Indulge me. Last week’s Musing had to do with two separate streams coming together to form a mightier river. This week, I thought to ponder the nature—the power—that comes from and through unification. Don’t get me wrong: singleness, individuality, uniqueness—they’re all wonderful qualities that have the capability to create and thrive all on their own. It’s even possible that in some cases, less really is more. But without wanting to cast even the tiniest shadow of doubt over the power of one, I want to make a case for the higher power of two. Or, for that matter, more.
We all know some things just pair well together. What’s yin without yang? Peanut butter without jelly? Me without you? I could write the proverbial great American novel, but without you to read it, it would sit silently on a shelf, a lonely, literary masterpiece. We—writers and readers—need each other. It’s just simple symbiosis: the interaction between two different organisms living in close physical association, typically to the advantage of both. In fact, in today’s world, “close physical association” is a highly relative term: I have friends who live many months of the year in London: we’re not physically close while they’re away, but in every other sense of the word, we always are.
Closer to home, I have neighbors who are building a significant addition to their home. For the past several weeks, we’ve been living yards away from a construction site, but that’s not the point. I watch the workers next door and I’m struck by two obvious facts. One: it takes a team to build an addition; it’s too big a job for one man. Two: almost every one of the laborers toiling away out there in the cold are come from away, probably from Central America is my guess. Without their energy, sweat and good cheer, my friends’ addition wouldn’t be rising; without my friends contract, these men and women wouldn’t be building a better life for themselves and their families. Talk all you want about border security, but be honest enough to admit that a lot of the hard work that happens in America today wouldn’t get done if not for the men and women who make the long journey here and are willing to work cold, hard hours for minimal wages. If that’s not a compelling case for symbiosis, I don’t know what is.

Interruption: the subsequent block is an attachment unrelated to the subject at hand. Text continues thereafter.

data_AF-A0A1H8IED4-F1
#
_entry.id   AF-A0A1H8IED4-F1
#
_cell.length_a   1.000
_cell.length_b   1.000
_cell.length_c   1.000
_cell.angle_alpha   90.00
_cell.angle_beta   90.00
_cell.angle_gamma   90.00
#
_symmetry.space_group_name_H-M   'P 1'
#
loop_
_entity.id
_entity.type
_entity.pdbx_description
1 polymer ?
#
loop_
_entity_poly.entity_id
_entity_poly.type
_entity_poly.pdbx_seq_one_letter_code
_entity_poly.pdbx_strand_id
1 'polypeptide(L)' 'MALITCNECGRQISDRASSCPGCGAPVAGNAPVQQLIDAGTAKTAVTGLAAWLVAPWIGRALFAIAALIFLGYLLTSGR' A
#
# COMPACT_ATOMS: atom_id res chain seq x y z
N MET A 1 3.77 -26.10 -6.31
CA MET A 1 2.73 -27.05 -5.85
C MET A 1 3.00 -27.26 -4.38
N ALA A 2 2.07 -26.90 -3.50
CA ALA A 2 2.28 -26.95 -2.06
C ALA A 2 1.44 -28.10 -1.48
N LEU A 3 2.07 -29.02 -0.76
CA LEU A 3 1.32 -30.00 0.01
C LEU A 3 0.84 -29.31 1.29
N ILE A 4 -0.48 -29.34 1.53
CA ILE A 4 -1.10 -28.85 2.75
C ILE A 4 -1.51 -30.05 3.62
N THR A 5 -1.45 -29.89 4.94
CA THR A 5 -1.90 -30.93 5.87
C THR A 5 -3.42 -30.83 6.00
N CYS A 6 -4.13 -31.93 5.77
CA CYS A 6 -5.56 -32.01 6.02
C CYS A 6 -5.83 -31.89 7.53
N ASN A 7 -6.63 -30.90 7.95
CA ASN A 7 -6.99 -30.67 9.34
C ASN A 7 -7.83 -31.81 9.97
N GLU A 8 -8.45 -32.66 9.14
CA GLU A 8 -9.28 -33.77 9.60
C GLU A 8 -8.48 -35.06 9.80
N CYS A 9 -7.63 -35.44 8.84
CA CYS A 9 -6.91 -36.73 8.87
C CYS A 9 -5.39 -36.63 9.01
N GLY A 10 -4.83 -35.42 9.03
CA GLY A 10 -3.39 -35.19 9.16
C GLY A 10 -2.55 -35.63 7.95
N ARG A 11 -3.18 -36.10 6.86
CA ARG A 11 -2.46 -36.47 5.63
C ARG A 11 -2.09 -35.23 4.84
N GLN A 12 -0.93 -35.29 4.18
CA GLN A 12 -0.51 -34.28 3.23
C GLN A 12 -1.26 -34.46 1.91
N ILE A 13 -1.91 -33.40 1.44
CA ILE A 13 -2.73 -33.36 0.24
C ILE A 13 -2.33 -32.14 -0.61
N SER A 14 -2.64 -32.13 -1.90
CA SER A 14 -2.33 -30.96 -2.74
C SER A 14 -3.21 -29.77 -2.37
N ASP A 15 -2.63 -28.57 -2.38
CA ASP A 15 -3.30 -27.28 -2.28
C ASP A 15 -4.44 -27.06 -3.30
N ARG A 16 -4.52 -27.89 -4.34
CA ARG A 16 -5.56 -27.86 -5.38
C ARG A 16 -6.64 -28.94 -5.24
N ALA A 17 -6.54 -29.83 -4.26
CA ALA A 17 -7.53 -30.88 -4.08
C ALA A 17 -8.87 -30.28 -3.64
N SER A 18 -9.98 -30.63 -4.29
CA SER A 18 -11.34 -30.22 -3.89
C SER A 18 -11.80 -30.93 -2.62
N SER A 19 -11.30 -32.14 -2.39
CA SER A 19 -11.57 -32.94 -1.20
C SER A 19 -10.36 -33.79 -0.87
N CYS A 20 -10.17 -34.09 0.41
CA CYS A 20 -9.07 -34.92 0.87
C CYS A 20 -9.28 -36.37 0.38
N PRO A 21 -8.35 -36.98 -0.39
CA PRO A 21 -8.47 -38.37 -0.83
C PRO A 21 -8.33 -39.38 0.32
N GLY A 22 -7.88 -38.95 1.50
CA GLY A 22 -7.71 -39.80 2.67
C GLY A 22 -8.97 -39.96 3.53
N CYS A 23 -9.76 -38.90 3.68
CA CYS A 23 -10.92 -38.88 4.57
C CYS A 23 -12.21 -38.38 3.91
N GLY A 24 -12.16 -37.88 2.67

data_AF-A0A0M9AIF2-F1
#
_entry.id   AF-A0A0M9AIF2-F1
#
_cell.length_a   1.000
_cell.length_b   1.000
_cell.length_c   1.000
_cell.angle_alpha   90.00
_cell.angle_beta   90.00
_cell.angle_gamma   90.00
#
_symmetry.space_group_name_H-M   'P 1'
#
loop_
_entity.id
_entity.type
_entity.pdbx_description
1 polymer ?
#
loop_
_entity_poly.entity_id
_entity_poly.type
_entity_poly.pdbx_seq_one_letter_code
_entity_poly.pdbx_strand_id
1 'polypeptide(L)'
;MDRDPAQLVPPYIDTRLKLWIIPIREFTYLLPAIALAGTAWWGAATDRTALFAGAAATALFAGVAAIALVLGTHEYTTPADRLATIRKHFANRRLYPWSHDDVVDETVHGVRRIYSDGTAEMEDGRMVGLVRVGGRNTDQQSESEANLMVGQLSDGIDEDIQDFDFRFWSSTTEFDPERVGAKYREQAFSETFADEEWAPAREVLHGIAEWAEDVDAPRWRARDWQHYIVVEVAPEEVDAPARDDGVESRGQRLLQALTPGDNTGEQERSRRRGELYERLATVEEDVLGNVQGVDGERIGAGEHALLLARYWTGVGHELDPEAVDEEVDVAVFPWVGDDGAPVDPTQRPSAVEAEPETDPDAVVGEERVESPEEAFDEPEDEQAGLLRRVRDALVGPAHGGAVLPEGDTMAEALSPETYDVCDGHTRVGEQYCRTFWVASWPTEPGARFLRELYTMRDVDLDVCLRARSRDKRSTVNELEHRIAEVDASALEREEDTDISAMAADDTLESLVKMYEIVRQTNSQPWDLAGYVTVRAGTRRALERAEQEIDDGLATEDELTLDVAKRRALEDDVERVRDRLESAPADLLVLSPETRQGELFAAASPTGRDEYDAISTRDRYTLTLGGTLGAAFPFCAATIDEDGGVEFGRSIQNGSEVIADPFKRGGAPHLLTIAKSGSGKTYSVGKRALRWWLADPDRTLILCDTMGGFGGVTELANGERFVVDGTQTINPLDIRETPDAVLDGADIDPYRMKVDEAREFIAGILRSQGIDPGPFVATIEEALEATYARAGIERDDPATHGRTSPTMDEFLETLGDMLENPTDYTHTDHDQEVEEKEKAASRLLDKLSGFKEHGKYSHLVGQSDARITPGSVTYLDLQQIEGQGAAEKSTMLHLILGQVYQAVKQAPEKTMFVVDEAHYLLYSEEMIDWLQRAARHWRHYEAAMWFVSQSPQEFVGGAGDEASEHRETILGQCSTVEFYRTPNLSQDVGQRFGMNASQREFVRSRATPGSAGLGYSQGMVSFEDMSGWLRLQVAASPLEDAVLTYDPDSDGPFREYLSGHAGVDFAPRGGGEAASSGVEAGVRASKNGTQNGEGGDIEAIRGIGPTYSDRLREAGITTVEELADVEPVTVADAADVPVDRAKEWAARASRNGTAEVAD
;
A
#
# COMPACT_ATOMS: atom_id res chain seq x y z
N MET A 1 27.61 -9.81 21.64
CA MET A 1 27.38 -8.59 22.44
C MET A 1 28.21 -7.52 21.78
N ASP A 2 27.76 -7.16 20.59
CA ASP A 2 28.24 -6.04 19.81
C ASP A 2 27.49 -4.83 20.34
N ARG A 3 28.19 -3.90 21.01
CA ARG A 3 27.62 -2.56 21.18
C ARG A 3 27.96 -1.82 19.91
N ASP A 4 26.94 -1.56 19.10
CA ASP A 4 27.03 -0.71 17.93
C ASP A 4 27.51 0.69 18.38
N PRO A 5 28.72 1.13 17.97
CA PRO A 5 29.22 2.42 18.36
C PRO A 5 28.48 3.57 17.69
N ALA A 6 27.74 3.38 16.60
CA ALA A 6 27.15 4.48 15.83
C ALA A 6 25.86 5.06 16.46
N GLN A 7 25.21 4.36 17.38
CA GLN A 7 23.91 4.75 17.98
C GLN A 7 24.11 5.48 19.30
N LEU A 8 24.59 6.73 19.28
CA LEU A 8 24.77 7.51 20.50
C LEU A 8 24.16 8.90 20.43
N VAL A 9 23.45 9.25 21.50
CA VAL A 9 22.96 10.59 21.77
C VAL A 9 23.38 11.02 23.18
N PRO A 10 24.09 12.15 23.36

There is, of course, another side to this story; there always is. Many people fear either the unknown or change, and there’s little doubt that America is changing and our future is murky. While I personally don’t see a zero-sum game in symbiosis, many people do. They assume that one someone is elevated, someone else is diminished. I look out my window at all the construction activity next door and see the rising tide that’s floating all the boats in the harbor.
You may not believe this, but I am, by nature, an introvert. I am also married to the queen of extroverts. Our separate natures can, at times, be challenging, but I know in my heart that we’re better off together. There is an old African proverb that goes like this: “if we want to walk fast, walk alone. But if you want to walk far, walk together.” In a world where step-counting has become a mantra for good health, that makes a lot of sense.
I’ll be right back.
Jamie Kirkpatrick is a writer and photographer who lives in Chestertown. His work has appeared in the Washington Post, the Baltimore Sun, the Philadelphia Inquirer, the Pittsburgh Post-Gazette, the Washington College Alumni Magazine, and American Cowboy Magazine. Two collections of his essays (“Musing Right Along” and “I’ll Be Right Back”) are available on Amazon. Jamie’s website is www.musingjamie.net.